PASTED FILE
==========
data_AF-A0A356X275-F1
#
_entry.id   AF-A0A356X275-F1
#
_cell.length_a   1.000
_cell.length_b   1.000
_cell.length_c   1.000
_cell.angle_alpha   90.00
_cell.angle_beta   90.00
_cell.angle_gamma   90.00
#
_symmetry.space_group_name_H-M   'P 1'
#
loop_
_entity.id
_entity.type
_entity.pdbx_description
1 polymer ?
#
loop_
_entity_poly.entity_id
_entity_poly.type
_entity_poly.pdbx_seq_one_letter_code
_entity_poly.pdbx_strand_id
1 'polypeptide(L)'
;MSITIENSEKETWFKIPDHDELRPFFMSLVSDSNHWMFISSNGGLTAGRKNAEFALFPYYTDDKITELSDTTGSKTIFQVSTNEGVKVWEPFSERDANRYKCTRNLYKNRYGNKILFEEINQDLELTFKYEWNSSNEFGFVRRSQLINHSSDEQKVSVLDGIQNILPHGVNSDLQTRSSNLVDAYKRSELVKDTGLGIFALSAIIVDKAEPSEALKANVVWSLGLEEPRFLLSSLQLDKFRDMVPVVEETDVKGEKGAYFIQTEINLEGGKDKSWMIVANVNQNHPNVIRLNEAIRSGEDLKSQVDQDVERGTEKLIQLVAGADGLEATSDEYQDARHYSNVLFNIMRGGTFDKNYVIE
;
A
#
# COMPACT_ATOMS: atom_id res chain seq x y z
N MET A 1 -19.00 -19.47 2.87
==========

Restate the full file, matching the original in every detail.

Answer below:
data_AF-A0A356X275-F1
#
_entry.id   AF-A0A356X275-F1
#
_cell.length_a   1.000
_cell.length_b   1.000
_cell.length_c   1.000
_cell.angle_alpha   90.00
_cell.angle_beta   90.00
_cell.angle_gamma   90.00
#
_symmetry.space_group_name_H-M   'P 1'
#
loop_
_entity.id
_entity.type
_entity.pdbx_description
1 polymer ?
#
loop_
_entity_poly.entity_id
_entity_poly.type
_entity_poly.pdbx_seq_one_letter_code
_entity_poly.pdbx_strand_id
1 'polypeptide(L)'
;MSITIENSEKETWFKIPDHDELRPFFMSLVSDSNHWMFISSNGGLTAGRKNAEFALFPYYTDDKITELSDTTGSKTIFQVSTNEGVKVWEPFSERDANRYKCTRNLYKNRYGNKILFEEINQDLELTFKYEWNSSNEFGFVRRSQLINHSSDEQKVSVLDGIQNILPHGVNSDLQTRSSNLVDAYKRSELVKDTGLGIFALSAIIVDKAEPSEALKANVVWSLGLEEPRFLLSSLQLDKFRDMVPVVEETDVKGEKGAYFIQTEINLEGGKDKSWMIVANVNQNHPNVIRLNEAIRSGEDLKSQVDQDVERGTEKLIQLVAGADGLEATSDEYQDARHYSNVLFNIMRGGTFDKNYVIE
;
A
#
# COMPACT_ATOMS: atom_id res chain seq x y z
N MET A 1 -19.00 -19.47 2.87